The Fourth Industrial Revolution is well underway in India – many people just haven’t realized it yet. Entrepreneurs, CEOs, company founders and start-ups are rapidly adopting technologies involving AI, the Internet of Things (IoT), 3D-printing, advanced robotics and neuroscience. Quietly and with firm resolve, visionary leadership in Indian industry is bringing the country into the arc of progress sweeping the world. From water pumps, railway coaches and chai shops; to burger chains, telecom towers and warehouses, the technology of the Fourth Industrial Revolution is taking root in different businesses, from global corporations to domestic firms and start-ups.

The text below is excerpted with permission from Kranti Nation: India and The Fourth Industrial Revolution, by Pranjal Sharma. Published by Pan Macmillan India.

In Sanskrit, the word for revolution is kranti. It has been associated mainly with India’s fight against British occupation, but the word defines revolution at a very grassroots level.

A new kranti is happening in the country now. This kranti for India has a larger meaning. To coin an acronym, KRANTI is Knowledge, Research, and New Technology in India. Indian industry is now being driven to invest in research and knowledge on how best to grow with these new technologies.

For India, the Fourth Industrial Revolution brings tremendous opportunities to leapfrog many stages of development, hastening its journey towards becoming a developed economy. In many ways, the Fourth Industrial Revolution is a leveller. The technologies being used in India will be the same as those in use in the developed world. Robots, AI, IoT are all technologies transforming industry in the West and are ready to do the same in India.

Image: Future of Jobs Report, World Economic Forum

Companies are adopting different elements of the revolution in diverse ways, some gingerly, some in a sure-footed manner. Many have launched pilot projects, while many others have totally migrated some of their business functions to AI-led processes. And many companies are still waiting and watching. Some have been stunned into inactivity. They don’t know where to begin, or how to start deploying the technology around them.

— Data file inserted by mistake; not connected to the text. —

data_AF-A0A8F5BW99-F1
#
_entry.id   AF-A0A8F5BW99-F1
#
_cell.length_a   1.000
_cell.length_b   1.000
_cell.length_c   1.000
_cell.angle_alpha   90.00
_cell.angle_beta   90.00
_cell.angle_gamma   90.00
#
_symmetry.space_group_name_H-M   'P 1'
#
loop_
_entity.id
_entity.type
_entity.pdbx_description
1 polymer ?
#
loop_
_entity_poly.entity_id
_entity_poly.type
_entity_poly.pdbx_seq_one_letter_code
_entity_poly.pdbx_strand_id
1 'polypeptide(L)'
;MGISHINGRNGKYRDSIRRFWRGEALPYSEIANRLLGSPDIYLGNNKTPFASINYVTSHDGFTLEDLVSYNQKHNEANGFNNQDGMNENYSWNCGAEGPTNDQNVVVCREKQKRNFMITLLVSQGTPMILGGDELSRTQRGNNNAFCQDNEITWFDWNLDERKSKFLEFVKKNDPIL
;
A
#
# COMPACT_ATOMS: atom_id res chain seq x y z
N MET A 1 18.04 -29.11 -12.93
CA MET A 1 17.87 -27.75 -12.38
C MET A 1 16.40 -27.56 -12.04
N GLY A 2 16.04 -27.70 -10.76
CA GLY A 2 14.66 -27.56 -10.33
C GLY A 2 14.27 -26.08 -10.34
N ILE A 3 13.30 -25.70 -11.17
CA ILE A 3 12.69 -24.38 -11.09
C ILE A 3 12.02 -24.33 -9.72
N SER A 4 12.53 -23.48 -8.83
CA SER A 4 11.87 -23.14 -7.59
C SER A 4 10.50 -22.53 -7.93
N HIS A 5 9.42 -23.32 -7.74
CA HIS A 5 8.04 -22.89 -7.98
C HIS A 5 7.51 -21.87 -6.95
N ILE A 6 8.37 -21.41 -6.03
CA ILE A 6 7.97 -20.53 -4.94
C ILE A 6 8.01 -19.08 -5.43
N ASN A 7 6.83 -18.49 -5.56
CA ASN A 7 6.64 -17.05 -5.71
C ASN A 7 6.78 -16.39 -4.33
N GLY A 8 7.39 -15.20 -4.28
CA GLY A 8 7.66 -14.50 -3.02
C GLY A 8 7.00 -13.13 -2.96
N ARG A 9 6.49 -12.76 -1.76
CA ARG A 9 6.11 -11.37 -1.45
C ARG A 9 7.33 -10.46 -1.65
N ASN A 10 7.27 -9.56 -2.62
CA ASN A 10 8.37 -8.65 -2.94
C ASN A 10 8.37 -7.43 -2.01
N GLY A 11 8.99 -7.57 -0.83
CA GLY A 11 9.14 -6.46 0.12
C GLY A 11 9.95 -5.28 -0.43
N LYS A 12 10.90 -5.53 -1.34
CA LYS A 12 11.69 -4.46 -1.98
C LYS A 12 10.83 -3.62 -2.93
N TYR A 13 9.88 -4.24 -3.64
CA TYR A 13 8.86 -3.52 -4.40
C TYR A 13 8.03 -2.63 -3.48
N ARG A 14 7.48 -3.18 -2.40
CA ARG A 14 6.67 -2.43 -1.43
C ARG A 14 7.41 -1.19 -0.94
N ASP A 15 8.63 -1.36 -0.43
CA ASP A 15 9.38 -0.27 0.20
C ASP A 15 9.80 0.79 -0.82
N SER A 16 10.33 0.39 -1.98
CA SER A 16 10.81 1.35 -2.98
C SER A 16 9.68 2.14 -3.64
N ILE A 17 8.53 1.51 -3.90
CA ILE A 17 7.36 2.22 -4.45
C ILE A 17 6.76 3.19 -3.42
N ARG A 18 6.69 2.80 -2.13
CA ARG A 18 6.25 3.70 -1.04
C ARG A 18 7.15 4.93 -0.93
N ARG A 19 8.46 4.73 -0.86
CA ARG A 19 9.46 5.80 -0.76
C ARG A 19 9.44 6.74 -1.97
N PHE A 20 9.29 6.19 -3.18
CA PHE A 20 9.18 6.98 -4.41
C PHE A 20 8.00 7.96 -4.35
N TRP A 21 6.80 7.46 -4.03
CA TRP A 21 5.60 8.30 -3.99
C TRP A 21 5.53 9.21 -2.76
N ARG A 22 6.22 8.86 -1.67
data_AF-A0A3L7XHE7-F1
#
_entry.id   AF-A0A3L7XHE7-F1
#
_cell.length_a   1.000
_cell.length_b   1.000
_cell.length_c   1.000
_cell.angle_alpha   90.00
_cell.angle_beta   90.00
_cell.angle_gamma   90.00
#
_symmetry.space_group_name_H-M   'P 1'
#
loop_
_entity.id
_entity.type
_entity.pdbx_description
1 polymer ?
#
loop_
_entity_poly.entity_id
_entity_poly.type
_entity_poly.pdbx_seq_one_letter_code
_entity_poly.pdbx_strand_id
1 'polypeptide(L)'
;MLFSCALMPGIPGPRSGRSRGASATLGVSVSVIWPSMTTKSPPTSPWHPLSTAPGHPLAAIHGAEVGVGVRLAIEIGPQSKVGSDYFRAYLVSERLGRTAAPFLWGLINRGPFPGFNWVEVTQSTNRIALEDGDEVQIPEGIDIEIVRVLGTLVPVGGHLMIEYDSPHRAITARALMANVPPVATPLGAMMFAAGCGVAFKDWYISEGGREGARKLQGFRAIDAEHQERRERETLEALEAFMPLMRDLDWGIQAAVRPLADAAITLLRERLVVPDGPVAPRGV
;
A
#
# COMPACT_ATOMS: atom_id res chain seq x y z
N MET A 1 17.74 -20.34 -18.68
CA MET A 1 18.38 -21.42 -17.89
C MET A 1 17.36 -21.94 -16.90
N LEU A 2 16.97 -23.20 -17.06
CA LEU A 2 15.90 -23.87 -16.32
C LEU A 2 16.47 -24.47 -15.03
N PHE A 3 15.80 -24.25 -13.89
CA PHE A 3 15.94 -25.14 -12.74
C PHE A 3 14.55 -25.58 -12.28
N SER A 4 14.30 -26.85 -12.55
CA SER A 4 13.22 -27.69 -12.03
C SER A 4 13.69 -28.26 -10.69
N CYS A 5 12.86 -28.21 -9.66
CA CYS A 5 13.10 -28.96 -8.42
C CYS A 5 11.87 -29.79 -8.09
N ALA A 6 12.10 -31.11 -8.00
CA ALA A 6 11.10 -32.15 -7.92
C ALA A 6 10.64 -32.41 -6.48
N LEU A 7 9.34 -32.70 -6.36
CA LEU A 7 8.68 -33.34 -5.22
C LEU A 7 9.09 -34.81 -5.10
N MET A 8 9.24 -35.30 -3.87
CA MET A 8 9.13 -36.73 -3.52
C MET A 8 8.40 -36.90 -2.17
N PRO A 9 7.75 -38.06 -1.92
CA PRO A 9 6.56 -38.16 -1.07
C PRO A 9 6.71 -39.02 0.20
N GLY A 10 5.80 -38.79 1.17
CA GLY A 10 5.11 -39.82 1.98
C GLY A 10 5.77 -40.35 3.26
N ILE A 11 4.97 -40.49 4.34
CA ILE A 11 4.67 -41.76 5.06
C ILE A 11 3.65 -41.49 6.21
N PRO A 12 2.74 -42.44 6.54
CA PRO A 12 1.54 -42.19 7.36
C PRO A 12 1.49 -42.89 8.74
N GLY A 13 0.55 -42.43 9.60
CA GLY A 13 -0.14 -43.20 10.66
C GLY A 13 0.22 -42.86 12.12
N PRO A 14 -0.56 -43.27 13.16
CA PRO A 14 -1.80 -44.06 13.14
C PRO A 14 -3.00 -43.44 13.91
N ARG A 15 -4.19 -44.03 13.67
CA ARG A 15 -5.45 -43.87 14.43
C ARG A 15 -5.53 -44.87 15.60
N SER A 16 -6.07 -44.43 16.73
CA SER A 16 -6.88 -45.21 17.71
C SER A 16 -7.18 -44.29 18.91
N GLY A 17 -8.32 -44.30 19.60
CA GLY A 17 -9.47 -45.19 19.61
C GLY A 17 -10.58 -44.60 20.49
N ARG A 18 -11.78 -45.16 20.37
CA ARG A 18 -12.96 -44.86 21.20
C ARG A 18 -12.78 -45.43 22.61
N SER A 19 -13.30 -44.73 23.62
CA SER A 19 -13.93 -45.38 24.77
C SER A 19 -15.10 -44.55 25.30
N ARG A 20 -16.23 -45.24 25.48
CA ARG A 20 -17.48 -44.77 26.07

There is much that India has to be worried about too. An overreliance on automation will shrink job creation. Automation and robotics in industrial manufacturing suits countries with low productive populations. But it does not suit countries like India, where 12–13 million people enter the job market every year.

There is a natural fear of job loss resulting from automation and robotics in India. Repetitive processes are being increasingly automated. Banks in India are already using chatbots and even humanoid robots. A Kannada-speaking robot in Canara Bank in Bengaluru will direct you to the right counter. HDFC Bank has the Ira robot, which helps customers choose the right service and financial products. To be sure, the tasks done by these robots are basic. In some ways, they are only offering answers to Frequently Asked Questions (FAQs).

An employee works at a solar cell production line at Jupiter Solar Power Limited (JSPL) plant in Baddi, in the northern state of Himachal Pradesh, India May 29, 2017. Picture taken May 29, 2017. REUTERS/Ajay Verma - RC11E19D6400
Image: REUTERS/Ajay Verma

But as robots become more sophisticated they will increasingly replace humans at their jobs.

There are several projections for job losses owing to factors such as automation and consolidation in the market. A report by PeopleStrong says, one in four job losses in India will happen on account of automation.

In many ways, companies in India are ensuring their survival by adopting these technologies. Those who adopt faster and better will be more competitive than others, and definitely in a better position to compete with global entrants. Their survival comes at the cost of jobs. But these can be countered by reskilling, and by creating new opportunities.

The use of data analytics is opening up efficiencies in sectors like agriculture that did not exist earlier. Cargill India, for instance, is allowing thousands of traders to be part of the system by using mobile-based pricing data. The entire value chain from farm to fork can provide livelihood to hundreds of thousands of people who may not have formal skills but are ready to share their understanding with the help of mobile connectivity.

A report by mobile analytics firm App Annie says India is already the fourth largest app economy. In a conversation with Prime Minister Narendra Modi in June 2017, Tim Cook, the CEO of Apple, said that apps have created jobs in India. Cook said more than 750,000 jobs here can be attributed to apps on the Apple IoS platform. Indian developers have created 100,000 apps; registering a growth of 57% over 2016.

New industry sectors are being created. These have potential to create work for millions. There is already an industry association for producing and promoting the use of drones in India.

India needs a collaborative effort. It will have to create a long term ecosystem that trains and educates professionals. India could collaborate with the US, Germany, and the EU. The central government can consider a joint platform between ministries, state governments and industry bodies to create a mission for making the most of the Fourth Industrial Revolution technologies.